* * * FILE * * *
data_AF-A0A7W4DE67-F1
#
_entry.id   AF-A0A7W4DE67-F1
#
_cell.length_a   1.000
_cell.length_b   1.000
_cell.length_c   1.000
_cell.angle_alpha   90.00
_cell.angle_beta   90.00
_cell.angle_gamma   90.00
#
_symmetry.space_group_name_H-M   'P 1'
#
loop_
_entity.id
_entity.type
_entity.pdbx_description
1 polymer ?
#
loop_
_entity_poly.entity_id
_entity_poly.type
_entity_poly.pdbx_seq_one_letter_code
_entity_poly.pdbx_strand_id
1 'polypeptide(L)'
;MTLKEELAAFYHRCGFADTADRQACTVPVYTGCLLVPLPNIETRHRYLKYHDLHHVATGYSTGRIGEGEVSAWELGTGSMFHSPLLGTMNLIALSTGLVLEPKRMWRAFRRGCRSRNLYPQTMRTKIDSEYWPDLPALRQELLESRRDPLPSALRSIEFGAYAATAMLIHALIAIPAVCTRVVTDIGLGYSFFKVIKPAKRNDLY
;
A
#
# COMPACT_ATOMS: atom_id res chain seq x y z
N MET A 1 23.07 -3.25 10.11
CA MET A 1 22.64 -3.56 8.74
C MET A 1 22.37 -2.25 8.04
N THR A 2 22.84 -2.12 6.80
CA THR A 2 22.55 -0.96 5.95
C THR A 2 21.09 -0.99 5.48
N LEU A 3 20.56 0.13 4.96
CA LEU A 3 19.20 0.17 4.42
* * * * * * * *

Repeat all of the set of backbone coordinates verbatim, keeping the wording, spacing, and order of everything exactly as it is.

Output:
data_AF-A0A7W4DE67-F1
#
_entry.id   AF-A0A7W4DE67-F1
#
_cell.length_a   1.000
_cell.length_b   1.000
_cell.length_c   1.000
_cell.angle_alpha   90.00
_cell.angle_beta   90.00
_cell.angle_gamma   90.00
#
_symmetry.space_group_name_H-M   'P 1'
#
loop_
_entity.id
_entity.type
_entity.pdbx_description
1 polymer ?
#
loop_
_entity_poly.entity_id
_entity_poly.type
_entity_poly.pdbx_seq_one_letter_code
_entity_poly.pdbx_strand_id
1 'polypeptide(L)'
;MTLKEELAAFYHRCGFADTADRQACTVPVYTGCLLVPLPNIETRHRYLKYHDLHHVATGYSTGRIGEGEVSAWELGTGSMFHSPLLGTMNLIALSTGLVLEPKRMWRAFRRGCRSRNLYPQTMRTKIDSEYWPDLPALRQELLESRRDPLPSALRSIEFGAYAATAMLIHALIAIPAVCTRVVTDIGLGYSFFKVIKPAKRNDLY
;
A
#
# COMPACT_ATOMS: atom_id res chain seq x y z
N MET A 1 23.07 -3.25 10.11
CA MET A 1 22.64 -3.56 8.74
C MET A 1 22.37 -2.25 8.04
N THR A 2 22.84 -2.12 6.80
CA THR A 2 22.55 -0.96 5.95
C THR A 2 21.09 -0.99 5.48
N LEU A 3 20.56 0.13 4.96
CA LEU A 3 19.20 0.17 4.42